Cities across the country are turning to innovative new approaches to address mental illness, substance use disorder, and homelessness, a new issue brief says, after more traditional responses — such as funneling vulnerable populations through jails and prisons — have proven less than effective.
The National League of Cities and Arnold Ventures released the first in a series of issue briefs examining city-level approaches to these interconnected challenges, which are immense in scope: More than 46 million U.S. adults lived with a mental illness in 2017, more than 20 million met the criteria for substance use disorder in 2014, and nearly 553,000 experienced homelessness on a single night in January 2018.
The human toll from substance use disorder has climbed to intolerable levels — deaths increased by more than 600 percent between 1980 and 2014. Meanwhile, the chronic conditions experienced due to homelessness can reduce an individual’s life expectancy by 17.5 years.
Mental illness, substance use disorder, and homelessness also pose a significant economic burden. Mental illness was associated with $200 billion in direct health care costs nationwide in 2013 — surpassing heart disease, cancer, and diabetes. Substance use accounts for $64 billion in annual health care costs and $340 billion in overall costs, such as crime and lost work productivity. The impact of a single person experiencing homelessness on public resources can reach between $30,000 and $50,000 per year.
Even as homeless counts have trended downward over the past decade, the continuing opioid epidemic has placed strains on access to health care, housing, education, and other critical services. From Skid Row in Los Angeles to tent camps in Washington D.C., cities have been on the front lines of this all-too-visible and seemingly intractable policy problem. It is critical that local governments move away from punitive responses and embrace effective policies to better respond to vulnerable populations, the brief says.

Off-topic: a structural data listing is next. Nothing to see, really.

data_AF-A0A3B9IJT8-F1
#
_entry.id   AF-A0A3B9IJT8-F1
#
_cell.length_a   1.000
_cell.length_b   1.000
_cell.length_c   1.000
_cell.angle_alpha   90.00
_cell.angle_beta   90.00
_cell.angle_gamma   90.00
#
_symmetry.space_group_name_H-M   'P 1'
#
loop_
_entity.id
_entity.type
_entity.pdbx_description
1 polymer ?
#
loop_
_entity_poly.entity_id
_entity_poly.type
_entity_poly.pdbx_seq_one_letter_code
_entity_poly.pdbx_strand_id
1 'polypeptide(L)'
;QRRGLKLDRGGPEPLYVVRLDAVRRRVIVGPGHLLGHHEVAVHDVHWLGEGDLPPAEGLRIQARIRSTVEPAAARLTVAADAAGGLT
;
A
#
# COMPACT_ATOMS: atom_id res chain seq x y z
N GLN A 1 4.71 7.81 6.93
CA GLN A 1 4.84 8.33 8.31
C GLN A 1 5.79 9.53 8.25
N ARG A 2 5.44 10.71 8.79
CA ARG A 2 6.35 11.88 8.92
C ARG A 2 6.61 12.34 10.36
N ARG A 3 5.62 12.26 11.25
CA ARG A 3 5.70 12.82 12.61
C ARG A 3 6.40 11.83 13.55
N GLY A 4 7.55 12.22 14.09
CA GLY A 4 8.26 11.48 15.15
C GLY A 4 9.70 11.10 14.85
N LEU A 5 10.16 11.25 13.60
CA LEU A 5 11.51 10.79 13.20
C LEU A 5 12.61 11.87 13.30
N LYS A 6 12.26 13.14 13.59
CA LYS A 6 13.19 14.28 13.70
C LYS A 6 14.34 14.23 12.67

Cities have begun to craft some unique strategies specifically tailored to local needs:
- In First Responder-Provider Partnerships, police and other first responders collaborate with mental health providers when serving individuals with mental illness, substance use disorder, or those experiencing homelessness. These partnerships can take different forms. For example, officers in Seattle’s Crisis Response Unit receive special Crisis Intervention Team training and work closely with mental health experts to triage cases. In Boston’s co-responder initiative, master’s‑level clinicians ride along when police officers respond to calls involving mental illness.
- Some cities have implemented First Responder-Led Referral Programs, which allow people who want treatment for substance use disorders to seek help though police or fire departments without facing the threat of criminal liability for substance use. Under the Angel Program in Gloucester, Mass., police officers are trained to assist individuals who meet proper criteria connect to treatment programs.
- The struggle to properly address mental health has spurred cities to create Regional Dedicated Emergency Psychiatric Facilities, which serve as standalone departments that can serve psychiatric patients from different medical emergency facilities. In Alameda County, Calif., emergency responders can transport individuals undergoing a psychiatric emergency directly to the John George Psychiatric Hospital instead of a general hospital, reducing waiting times and improving outcomes.
The full brief is available here. Upcoming briefs will delve into specific approaches and begin to explore best practices.